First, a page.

The couple offers prayers to Agni who is the symbol of light, power and purity while offering ghee (Purified butter), rice and flowers into the flame. These prayers have a special importance, for it is Agni who dispels the darkness and ignorance from our lives and leads us to eternal light and knowledge.
Before each phera (circles), the open palms of the bride are filled with grains by her brother signifying wealth and prosperity, the grains are then offered to the holy fire.
The couple circle the holy fire four times as the priest chants mantras, the fire is considered as the witness to the wedding ceremony. The bride leads the groom around the fire for the first 3 mantras and then the groom leads the bride for the final 4th mantra.
The four pheras represent the four basic goals of a life.
Dharma (moral sense to lead a good life or Religious duties), Artha (Prosperity or economic development), Kama (energy and passion) and Moksha (Liberation).
Final offerings are made to the Sacrimonial fire.
This is one of the most vital parts of the ceremony, where the couple takes seven steps together to symbolise the beginning of their married life together, typically this is like traditional wedding vows. The couple will take a vow at the beginning of each step, at this point they receive blessings from the priest and all the guests present.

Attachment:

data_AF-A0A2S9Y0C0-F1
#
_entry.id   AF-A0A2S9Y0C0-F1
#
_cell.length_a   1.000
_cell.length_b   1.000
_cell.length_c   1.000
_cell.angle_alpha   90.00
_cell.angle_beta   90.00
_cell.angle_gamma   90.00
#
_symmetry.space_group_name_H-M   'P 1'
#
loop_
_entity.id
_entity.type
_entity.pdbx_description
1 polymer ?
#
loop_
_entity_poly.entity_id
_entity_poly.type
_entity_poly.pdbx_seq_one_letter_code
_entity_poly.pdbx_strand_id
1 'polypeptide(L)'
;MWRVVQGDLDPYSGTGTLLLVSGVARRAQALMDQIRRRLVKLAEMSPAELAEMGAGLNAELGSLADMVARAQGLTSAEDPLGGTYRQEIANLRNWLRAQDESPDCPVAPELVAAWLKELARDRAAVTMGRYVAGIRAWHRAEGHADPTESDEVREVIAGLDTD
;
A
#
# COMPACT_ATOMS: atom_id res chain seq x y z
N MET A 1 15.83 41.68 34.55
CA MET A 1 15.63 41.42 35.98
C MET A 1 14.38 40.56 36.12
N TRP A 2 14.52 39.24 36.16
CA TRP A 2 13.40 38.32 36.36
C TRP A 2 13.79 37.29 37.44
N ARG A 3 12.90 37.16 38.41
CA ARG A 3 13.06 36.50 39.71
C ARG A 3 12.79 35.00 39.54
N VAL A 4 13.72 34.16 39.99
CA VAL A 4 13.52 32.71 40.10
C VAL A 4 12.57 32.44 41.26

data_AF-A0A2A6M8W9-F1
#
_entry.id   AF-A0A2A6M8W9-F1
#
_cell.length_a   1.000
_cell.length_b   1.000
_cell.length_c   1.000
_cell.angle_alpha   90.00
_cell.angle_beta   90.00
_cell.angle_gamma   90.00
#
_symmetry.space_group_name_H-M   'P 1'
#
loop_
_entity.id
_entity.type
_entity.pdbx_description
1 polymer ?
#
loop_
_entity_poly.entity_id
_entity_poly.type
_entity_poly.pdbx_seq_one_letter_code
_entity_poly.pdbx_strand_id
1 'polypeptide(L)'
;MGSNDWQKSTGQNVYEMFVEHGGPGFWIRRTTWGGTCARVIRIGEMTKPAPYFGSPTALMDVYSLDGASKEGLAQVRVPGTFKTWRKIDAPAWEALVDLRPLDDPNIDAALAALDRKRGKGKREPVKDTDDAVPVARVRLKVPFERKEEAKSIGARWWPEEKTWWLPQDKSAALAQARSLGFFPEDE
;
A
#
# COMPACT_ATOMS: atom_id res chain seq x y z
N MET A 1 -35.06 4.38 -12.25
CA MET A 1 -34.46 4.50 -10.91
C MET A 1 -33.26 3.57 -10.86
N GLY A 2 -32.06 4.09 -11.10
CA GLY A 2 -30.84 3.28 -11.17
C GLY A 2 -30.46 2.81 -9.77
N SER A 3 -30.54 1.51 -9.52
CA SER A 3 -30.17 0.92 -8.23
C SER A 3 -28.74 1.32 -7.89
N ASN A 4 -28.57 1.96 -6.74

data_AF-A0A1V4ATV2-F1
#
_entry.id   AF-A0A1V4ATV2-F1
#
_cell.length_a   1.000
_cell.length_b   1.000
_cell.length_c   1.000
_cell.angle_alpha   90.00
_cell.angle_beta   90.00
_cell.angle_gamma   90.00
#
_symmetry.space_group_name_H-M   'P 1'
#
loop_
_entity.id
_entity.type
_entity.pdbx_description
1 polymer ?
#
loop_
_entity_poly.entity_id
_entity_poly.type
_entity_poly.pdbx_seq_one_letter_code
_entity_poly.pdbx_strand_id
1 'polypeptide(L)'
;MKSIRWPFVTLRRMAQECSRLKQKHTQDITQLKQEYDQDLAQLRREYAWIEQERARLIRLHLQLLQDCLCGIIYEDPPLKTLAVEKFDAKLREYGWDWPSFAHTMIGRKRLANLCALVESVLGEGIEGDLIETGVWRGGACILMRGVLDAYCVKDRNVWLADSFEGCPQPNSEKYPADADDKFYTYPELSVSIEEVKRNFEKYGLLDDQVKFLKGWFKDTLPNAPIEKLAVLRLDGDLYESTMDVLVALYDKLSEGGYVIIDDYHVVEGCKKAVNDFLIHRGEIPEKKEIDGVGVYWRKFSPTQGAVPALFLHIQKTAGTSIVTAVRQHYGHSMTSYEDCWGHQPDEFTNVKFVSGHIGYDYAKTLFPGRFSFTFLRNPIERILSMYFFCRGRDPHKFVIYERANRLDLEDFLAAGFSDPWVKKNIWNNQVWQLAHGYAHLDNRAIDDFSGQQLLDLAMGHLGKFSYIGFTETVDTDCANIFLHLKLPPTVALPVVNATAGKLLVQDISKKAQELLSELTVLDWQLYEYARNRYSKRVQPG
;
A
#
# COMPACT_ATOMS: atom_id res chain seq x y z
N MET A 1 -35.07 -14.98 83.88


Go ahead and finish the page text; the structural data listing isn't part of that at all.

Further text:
The groom places sindur (red vermillion or Kum Kum powder) on the bride’s forehead and at the parting of her hair as a symbol of a married woman.
Similar to the concept of the English wedding ring, the groom mother provides a golden and black bead necklace on a coconut and gives this to the groom who then places this around the bride’s neck, signifying his love, integrity and respect for her.
This is an exchange of Sweets between the couple as a symbolic gesture that they will provide for each other’s needs and prosperity in their household life.
A number of married women from the bride and groom families are invited to greet the couple and whisper in the bride’s right ear their blessings and good wishes of a blissful married life, prosperity and happiness.
This is the last part of the ceremony and will conclude the wedding, the priest will offer blessings to the bride and groom by reciting the final Vedic mantras. It will normally be the case here that the priest then declares the bride and groom as officially married.